Canadian Institute for Business and the Environment

Fisherville, Ontario, Canada

Tel. 416 410-0432, Fax: 416 362-5231



Vol. 18, No. 7, October 14, 2014

Honoured Reader Editon
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In various recent conferences about packaging and recycling we have heard participants express enthusiasm for the concept of edible packaging. We were somewhat sceptical - after all Canadian diets already contain too much junk, but, wanting to base our opinion on good science and not just idle thoughts, we decided to take a deeper look at the topic. Some of our research is reported in this issue of Gallon Environment Letter. If you thought that edible packaging was confined to edible paper wrapping or if you hoped that maybe we could solve our waste problem by making all packaging edible, read on for some of the information that has led us to the conclusion that there may be a small role for additional edible packaging but it seems that edibles are unlikely to take over a large percentage of North America’s packaging needs anytime soon.

GallonLetter chose this theme of edible packaging as much for our edification as our readers' who are interested and not knowledgeable on this topic. A number of people with whom GallonLetter's editor has had conversations about packaging, have been enthusiastic about the role of edible packaging especially for waste reduction sometimes quoting from McDonough and Braungart, authors of Cradle to Cradle (2002) in which edible packaging was promoted. (see also review of their book The Upcycle in the last issue). What isn't clear is what edible packaging is, whether it reduces packaging waste and what other environmental, health and social impacts might be associated with it. GallonLetter speculates that edibility itself is not a sufficient criteria to conclude that packaging is environmentally preferable. Although raw materials for edible packaging could be synthetic, a comparable case is the issue of biofuels from farm crops, some of which use so much fossil fuel and chemicals that using fossil fuels directly would be just as good if not better.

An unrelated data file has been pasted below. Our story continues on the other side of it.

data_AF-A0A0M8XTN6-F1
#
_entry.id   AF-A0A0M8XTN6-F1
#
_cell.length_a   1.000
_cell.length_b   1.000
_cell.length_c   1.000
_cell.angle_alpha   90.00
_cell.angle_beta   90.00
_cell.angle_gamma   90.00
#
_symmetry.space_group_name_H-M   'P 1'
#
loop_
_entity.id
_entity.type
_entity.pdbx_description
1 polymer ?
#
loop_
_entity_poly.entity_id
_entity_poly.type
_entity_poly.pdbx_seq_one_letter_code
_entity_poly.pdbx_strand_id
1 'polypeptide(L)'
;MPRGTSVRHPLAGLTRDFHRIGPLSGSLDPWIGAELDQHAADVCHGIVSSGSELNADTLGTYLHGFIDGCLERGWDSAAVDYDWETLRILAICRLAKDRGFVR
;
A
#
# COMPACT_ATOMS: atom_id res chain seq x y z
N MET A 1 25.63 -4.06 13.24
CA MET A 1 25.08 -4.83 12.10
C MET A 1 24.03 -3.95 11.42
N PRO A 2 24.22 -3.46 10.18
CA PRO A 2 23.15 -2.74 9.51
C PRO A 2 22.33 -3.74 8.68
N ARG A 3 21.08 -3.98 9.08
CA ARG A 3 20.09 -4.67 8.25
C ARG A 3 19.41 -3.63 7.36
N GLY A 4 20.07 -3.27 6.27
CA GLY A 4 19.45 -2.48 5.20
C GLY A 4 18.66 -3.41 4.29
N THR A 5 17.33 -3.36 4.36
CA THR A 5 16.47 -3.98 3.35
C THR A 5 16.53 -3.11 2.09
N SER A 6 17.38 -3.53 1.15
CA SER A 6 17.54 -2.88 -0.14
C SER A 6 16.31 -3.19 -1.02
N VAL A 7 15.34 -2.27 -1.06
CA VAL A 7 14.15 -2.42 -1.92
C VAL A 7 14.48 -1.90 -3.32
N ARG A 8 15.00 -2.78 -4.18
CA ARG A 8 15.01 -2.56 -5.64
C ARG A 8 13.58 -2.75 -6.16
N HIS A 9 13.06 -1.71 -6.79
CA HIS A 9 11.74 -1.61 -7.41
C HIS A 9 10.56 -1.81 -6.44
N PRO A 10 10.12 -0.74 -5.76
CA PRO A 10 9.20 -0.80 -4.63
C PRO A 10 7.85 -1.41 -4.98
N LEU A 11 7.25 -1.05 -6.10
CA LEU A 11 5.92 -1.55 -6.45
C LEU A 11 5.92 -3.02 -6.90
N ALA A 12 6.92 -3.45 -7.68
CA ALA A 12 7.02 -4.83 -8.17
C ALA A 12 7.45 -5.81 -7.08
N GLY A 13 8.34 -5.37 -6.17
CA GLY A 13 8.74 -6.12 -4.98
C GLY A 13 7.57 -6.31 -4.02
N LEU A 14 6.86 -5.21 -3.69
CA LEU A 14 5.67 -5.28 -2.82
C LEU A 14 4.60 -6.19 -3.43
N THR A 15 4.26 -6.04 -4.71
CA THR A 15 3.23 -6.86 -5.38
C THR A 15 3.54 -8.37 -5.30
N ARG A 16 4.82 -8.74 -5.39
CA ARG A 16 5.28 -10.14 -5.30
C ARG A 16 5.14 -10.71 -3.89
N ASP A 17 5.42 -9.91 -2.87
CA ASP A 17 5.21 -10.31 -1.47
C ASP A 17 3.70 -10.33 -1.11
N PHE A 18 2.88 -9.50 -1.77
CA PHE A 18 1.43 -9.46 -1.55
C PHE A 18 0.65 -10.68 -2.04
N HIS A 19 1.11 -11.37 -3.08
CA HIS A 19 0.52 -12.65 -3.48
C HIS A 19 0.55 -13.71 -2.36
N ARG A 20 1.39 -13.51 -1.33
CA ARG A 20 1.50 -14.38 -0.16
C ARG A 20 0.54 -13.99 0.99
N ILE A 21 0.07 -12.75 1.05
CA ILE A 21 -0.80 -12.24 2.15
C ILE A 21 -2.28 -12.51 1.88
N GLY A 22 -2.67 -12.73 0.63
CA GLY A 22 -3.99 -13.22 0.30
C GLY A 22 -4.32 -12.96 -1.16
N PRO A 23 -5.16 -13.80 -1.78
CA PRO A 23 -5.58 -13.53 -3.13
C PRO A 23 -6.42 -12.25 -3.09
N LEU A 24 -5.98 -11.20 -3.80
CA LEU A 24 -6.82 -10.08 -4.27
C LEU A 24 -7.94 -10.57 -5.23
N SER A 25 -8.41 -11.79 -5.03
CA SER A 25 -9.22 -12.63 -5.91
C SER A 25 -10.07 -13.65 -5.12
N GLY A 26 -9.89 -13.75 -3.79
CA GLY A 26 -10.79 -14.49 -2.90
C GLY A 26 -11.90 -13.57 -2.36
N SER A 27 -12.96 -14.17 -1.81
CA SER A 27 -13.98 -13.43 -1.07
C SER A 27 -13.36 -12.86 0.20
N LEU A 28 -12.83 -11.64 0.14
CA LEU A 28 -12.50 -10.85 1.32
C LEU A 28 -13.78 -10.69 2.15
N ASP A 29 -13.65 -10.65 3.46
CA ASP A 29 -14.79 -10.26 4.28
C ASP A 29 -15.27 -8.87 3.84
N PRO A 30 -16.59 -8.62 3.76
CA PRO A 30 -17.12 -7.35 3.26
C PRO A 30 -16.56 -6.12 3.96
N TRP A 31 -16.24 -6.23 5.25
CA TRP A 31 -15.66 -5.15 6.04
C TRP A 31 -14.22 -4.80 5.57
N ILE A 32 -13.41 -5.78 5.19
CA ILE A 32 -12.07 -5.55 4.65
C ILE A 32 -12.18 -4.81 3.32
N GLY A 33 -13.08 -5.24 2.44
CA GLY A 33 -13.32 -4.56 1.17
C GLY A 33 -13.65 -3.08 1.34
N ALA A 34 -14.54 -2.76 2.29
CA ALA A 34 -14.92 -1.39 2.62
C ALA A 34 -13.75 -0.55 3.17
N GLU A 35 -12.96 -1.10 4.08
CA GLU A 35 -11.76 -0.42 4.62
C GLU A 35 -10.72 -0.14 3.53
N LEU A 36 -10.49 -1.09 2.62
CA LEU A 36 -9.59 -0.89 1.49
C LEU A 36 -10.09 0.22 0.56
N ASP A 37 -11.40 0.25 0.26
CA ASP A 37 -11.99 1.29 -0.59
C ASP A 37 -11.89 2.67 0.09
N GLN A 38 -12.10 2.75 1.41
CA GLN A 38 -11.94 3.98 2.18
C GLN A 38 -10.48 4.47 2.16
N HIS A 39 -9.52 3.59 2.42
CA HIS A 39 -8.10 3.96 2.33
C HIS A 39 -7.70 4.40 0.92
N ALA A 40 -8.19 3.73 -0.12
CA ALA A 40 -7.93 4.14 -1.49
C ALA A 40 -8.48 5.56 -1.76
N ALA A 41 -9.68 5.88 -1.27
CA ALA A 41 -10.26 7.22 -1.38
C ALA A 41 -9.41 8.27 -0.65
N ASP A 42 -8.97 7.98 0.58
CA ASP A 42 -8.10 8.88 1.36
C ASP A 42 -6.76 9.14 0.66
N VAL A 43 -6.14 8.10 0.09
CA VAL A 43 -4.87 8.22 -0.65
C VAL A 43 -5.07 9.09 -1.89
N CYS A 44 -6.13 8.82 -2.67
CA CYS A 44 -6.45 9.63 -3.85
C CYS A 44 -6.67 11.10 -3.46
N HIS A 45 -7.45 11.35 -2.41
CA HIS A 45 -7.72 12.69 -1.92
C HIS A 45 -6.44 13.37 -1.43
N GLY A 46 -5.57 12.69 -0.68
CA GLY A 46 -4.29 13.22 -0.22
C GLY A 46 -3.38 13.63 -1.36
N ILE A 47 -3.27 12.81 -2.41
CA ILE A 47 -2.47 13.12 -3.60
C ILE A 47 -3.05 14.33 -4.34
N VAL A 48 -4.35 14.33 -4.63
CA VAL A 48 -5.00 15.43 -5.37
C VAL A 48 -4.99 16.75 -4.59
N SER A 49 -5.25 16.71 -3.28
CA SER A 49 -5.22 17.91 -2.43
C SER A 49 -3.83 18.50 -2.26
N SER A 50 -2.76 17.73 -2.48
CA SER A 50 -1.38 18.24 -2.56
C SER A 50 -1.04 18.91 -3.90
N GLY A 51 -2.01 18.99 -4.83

In our review we look at the definitions of edible packaging and some of the numerous uses of edible packaging. Read on - you may be surprised at where these packaging forms can be found! And beware that edible pizza box - see the article below for the reason why!

As in most issues of Gallon Environment Letter we also look at some other contemporary environment and sustainable development issues. We briefly review a research report on stopping global deforestation authored by Kalifi Ferretti-Gallon. The OECD has a new report on greening households. Ontario's Environment Commissioner describes the economic and financial risks facing countries and corporations in a changing climate.

It is not often that we find ourselves in agreement with Terence Corcoran of the National Post but when it comes to Canada's new anti-spam legislation we are pretty much in alignment. Read the mild version of our comments about anti-spam, something which has added to our distribution burden, reduced our circulation burden, made no difference to the amount of spam email we receive, and added to our frustration in responding to the unnecessary confirmation emails that people who have sent us useful information for years have decided they need to send to us.

The next issue of Gallon Environment Letter will take a look at green bonds and green investments. Meanwhile we hope you find this issue interesting and enjoyable. We invite your comments, for possible publication, to






Product packaging is often defined as primary, secondary or tertiary. Legislation, such as for stewardship programmes, may be more precise but in general primary packaging is the material in contact with the product, secondary packaging contains one or more primary packages and tertiary packaging is the case which facilitates handling and transporting of a number of packages.